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Monday, Sept. 12, 2011: Regulation, voting and Obama

Off-the-field grace

I enjoyed Dr. Charles Krauthammer’s most recent column, “The best show in town,” about the joys of watching the Washington Nationals baseball team, but I respectfully disagree with his conclusion.

I think right now that grace and elegance are the only things that will fend off the Apocalypse and as a nation we are sorely lacking in both.

Walter Plaut

Let regulators work

Small businesses are right to point to a “lack of regulation in mortgage lending as a principal cause of the financial crisis that brought about the Great Recession of 2007-09 and its grim aftermath” (from the BDN’s Sept. 6 story, “Regulations, taxes aren’t killing small business, owners say”). Thousands of consumers in Maine lost their jobs, homes or retirement savings because of Wall Street’s unregulated practices.

On July 21, the landmark Consumer Financial Protection Bureau took over as the nation’s top consumer financial cop fighting unfair credit card, mortgage and payday loan practices. However, in May, 44 senators including Maine Sens. Collins and Snowe signed a letter opposing any nominee to head the bureau until the bureau’s powers and funding are weakened.

The current nominee, Rich Cordray, is extremely well-qualified, has a well-balanced record and has received praise from all sides. Blocking the nomination process weakens the CFPB and helps the Wall Street banks whose reckless and predatory practices wrecked the economy and harmed ordinary families.

The nomination process needs to continue so that we have a strong agency working to protect Maine’s consumers. Call Sens. Snowe and Collins and tell them to let the nomination process move forward.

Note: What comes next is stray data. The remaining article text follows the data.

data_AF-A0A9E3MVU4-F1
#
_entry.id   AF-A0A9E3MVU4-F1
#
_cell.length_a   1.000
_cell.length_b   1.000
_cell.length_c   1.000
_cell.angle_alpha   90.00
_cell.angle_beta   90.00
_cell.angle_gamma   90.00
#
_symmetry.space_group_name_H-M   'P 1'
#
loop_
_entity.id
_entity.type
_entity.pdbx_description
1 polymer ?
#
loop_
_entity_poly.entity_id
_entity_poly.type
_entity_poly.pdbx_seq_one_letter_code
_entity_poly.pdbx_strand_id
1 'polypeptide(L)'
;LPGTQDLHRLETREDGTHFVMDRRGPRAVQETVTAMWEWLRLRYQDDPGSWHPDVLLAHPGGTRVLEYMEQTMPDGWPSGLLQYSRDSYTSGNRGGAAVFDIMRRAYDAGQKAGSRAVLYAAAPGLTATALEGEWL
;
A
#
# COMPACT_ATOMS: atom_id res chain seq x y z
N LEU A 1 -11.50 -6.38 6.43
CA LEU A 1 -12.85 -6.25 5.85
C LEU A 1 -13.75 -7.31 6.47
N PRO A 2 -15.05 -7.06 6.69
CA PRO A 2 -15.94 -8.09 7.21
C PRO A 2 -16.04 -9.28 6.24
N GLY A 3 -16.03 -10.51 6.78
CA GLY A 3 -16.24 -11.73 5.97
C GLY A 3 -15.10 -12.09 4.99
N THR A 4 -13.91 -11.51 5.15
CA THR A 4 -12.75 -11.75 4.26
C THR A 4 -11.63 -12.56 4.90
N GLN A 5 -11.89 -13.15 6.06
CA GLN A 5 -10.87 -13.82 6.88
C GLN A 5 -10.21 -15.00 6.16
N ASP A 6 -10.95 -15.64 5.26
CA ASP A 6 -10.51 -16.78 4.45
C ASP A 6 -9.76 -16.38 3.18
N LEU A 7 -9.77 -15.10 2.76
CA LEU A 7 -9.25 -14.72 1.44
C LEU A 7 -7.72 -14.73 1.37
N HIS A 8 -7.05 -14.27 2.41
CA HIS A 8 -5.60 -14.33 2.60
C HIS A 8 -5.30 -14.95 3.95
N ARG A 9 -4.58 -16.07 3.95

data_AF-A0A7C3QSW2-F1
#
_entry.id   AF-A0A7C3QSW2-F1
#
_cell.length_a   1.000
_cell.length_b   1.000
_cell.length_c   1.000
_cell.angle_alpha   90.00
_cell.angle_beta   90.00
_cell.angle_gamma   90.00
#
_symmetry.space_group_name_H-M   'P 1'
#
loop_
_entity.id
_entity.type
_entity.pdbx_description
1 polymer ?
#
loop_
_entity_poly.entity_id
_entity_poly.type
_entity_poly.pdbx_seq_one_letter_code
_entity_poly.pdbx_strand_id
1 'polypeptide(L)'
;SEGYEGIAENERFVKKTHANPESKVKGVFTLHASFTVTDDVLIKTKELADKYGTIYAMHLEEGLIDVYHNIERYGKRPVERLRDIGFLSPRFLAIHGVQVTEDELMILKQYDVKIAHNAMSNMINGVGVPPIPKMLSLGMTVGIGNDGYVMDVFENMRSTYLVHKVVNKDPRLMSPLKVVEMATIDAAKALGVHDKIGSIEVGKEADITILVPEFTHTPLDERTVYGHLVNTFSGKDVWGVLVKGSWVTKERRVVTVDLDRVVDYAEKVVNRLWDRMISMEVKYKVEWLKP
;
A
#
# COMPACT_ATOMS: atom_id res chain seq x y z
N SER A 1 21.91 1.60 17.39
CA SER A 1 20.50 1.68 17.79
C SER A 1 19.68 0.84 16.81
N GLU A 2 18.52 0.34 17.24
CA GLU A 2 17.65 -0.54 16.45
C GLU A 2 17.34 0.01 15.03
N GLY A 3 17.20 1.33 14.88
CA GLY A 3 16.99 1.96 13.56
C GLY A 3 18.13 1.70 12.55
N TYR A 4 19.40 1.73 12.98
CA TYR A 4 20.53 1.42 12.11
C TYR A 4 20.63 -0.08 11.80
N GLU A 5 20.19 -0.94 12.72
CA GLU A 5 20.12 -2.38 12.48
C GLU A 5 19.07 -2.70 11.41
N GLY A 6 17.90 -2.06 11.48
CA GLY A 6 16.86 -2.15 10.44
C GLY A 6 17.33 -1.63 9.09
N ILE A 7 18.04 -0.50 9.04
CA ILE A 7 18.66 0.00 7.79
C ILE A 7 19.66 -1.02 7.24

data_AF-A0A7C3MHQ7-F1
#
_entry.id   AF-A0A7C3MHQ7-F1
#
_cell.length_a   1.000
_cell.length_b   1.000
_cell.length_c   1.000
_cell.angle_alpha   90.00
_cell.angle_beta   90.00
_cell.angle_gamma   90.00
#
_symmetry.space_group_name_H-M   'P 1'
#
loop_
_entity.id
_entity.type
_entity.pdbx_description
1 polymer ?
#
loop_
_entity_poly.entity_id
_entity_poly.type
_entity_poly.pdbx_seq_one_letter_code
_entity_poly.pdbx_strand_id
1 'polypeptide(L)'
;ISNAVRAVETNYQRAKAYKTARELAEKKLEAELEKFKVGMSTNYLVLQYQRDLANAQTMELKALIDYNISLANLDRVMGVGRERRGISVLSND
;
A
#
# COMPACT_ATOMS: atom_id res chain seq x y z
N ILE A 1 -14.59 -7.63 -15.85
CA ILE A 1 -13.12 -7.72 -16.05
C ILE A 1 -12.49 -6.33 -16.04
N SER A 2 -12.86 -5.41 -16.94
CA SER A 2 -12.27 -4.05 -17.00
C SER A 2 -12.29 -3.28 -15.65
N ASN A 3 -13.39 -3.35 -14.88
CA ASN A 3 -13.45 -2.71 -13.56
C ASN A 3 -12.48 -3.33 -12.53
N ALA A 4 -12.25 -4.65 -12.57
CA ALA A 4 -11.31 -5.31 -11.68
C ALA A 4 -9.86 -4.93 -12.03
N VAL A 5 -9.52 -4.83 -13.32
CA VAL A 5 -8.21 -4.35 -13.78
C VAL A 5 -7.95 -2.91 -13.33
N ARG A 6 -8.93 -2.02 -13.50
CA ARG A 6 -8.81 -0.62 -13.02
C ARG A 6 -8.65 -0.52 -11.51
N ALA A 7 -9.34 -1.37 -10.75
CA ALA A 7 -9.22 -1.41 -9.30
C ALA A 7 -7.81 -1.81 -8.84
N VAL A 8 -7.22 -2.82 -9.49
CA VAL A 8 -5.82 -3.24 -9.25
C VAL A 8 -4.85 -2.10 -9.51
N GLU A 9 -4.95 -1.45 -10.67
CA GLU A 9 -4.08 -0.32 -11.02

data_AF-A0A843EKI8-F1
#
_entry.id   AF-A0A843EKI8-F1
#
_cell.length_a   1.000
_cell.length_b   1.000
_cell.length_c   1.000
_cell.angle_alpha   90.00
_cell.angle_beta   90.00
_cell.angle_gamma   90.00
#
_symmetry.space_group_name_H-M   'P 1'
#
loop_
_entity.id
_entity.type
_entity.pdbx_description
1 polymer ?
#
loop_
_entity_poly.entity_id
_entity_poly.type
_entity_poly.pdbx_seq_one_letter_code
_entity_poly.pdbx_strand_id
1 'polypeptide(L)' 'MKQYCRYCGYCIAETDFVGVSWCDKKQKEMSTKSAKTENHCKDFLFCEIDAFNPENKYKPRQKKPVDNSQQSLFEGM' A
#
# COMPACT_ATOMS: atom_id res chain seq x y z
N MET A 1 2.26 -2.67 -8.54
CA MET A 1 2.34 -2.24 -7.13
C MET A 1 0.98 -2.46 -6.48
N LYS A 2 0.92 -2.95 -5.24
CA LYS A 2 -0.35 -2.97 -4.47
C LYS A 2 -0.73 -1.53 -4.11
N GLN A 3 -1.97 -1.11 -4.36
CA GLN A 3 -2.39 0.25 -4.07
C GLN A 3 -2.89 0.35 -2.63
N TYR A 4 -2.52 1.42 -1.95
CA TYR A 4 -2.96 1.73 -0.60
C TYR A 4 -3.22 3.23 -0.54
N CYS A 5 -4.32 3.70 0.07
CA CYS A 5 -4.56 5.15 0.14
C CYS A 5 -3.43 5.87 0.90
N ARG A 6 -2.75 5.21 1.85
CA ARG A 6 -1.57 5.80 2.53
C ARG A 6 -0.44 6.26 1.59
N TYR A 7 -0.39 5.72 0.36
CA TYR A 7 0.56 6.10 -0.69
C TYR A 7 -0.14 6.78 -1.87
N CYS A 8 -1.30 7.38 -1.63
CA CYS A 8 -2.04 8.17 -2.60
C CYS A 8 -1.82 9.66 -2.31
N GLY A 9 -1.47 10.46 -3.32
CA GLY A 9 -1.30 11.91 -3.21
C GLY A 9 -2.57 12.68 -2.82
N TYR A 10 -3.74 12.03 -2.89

Ilya Slavinski
U.S. PIRG, Portland office

Voting law not burdensome

I am a registered Republican voter and my right to have my vote not be diluted by voter fraud or lazy uninformed people being led like sheep to the polls is imperative and absolute. I have been registered to vote since I turned 18 in 1979. No one had to lead me to the clerk to do this.

Each time I moved, everywhere I have ever lived, almost as soon as the utilities were put in my name, I was at the town office or the post office to register. I hold my privilege and duty to vote in this republic as cherished honor.

The “motor voter” law has made registering to vote so easy that no one has reason not to be registered in a timely manner. The post office, town office, schools and many other locations are available to concerned citizens who want to register to vote.

The law requiring a person to register to vote three days before an election is not too burdensome a law in order to make sure that all our legitimate votes count. No voter is disenfranchised by this law.

John G. Grooms, Jr.

Victim families made out well

I can not tell you just how tired I am of hearing about the poor families of the 9/11 attack. Nearly every day someone is whining about how bad they have things. Here are some facts to consider:

A total of $8.7 billion was paid out to civilian victim families of the attack. The average payment to each family was $3.1 million.

How much compensation did the families of other terrorist attacks get? How about the families of the 241 Marines killed in Lebanon? They got nothing and were killed by the same group that destroyed the World Trade Center.